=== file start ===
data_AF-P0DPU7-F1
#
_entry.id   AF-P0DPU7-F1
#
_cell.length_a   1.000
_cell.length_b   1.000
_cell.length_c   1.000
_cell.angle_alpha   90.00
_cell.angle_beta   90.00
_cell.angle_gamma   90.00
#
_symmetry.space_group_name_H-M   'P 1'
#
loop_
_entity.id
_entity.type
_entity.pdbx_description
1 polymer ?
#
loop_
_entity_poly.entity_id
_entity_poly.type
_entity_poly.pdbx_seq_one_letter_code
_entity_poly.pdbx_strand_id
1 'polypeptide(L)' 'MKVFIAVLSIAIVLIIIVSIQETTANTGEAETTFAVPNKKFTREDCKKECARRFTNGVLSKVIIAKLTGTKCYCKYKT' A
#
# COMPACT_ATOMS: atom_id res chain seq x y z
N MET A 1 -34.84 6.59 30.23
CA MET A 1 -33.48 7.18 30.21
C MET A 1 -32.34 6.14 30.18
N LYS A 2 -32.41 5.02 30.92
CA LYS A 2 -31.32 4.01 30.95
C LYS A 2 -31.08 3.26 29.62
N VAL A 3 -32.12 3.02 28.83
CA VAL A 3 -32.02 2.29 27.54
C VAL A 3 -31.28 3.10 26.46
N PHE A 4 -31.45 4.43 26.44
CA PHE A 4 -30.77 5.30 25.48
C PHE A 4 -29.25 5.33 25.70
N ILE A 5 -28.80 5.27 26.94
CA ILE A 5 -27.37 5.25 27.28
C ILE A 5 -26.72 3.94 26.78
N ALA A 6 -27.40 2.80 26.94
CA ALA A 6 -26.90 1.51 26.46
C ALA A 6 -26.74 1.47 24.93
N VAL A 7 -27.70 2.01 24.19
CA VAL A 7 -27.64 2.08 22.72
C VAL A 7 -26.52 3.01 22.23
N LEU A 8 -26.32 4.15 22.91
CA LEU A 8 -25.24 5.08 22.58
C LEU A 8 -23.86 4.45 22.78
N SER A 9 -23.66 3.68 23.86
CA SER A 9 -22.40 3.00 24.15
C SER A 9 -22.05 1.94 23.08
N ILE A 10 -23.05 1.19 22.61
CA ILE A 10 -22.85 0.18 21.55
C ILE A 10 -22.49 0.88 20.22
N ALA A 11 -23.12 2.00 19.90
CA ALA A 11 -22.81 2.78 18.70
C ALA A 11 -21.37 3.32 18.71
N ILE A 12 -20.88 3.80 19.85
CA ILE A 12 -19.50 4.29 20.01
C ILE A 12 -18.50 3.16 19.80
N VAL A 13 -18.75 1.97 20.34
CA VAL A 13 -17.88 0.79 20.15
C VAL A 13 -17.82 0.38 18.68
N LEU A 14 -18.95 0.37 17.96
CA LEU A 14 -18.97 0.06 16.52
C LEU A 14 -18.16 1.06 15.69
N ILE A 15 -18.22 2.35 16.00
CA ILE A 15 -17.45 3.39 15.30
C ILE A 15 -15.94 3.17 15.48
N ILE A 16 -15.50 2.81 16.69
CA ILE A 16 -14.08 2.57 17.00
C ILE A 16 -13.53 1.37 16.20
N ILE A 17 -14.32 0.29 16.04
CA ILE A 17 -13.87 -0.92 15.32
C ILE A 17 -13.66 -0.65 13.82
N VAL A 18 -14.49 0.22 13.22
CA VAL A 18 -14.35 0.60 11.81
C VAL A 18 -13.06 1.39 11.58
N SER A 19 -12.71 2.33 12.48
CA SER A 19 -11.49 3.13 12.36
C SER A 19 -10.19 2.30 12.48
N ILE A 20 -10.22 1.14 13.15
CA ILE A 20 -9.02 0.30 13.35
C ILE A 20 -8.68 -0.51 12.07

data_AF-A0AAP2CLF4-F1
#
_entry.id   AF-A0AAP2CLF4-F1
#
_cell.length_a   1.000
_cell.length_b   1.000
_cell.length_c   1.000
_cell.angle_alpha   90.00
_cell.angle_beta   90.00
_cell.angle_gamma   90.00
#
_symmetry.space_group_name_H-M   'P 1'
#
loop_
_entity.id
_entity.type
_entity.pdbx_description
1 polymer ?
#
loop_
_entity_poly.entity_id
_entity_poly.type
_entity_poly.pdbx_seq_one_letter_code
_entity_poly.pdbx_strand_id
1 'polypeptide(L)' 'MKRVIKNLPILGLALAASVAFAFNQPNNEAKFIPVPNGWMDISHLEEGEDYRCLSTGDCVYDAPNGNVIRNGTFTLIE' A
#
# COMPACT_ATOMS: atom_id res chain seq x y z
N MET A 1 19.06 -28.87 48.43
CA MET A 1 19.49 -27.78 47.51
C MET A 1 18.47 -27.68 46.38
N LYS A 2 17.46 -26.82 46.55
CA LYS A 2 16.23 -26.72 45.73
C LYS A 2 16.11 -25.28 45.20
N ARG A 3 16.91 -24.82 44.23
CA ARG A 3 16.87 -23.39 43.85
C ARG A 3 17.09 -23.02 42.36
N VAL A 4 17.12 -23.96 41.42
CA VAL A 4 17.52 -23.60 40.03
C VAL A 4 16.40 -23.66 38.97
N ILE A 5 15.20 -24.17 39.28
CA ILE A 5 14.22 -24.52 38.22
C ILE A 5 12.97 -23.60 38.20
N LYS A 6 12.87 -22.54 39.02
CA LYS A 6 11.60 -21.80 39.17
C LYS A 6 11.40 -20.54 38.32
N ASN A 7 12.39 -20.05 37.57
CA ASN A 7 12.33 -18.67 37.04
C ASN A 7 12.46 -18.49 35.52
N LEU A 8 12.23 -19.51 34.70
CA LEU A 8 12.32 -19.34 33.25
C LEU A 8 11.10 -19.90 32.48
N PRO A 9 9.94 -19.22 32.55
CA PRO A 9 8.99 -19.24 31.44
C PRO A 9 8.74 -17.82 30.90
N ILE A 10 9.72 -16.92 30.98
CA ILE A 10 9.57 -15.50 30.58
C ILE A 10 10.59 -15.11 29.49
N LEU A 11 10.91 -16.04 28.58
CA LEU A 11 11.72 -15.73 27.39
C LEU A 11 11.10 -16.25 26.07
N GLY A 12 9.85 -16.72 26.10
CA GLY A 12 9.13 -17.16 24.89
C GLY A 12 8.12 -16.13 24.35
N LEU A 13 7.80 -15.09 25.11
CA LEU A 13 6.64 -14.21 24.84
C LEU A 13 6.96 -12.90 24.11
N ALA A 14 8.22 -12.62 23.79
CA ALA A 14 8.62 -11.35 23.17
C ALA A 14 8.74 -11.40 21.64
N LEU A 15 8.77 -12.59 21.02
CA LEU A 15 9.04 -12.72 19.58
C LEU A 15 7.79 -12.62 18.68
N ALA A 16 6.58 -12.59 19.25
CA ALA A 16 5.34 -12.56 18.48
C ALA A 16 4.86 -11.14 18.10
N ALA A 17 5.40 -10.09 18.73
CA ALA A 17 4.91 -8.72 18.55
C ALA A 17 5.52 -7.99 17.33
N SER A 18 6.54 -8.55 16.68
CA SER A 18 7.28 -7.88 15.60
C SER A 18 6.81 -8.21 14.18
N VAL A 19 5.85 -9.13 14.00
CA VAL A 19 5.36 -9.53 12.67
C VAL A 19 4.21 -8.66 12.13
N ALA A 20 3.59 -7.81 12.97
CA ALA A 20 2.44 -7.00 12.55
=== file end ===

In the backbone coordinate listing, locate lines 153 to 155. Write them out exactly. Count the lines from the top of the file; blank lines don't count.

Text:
C LEU A 13 6.96 -12.90 24.11
N ALA A 14 8.22 -12.62 23.79
CA ALA A 14 8.62 -11.35 23.17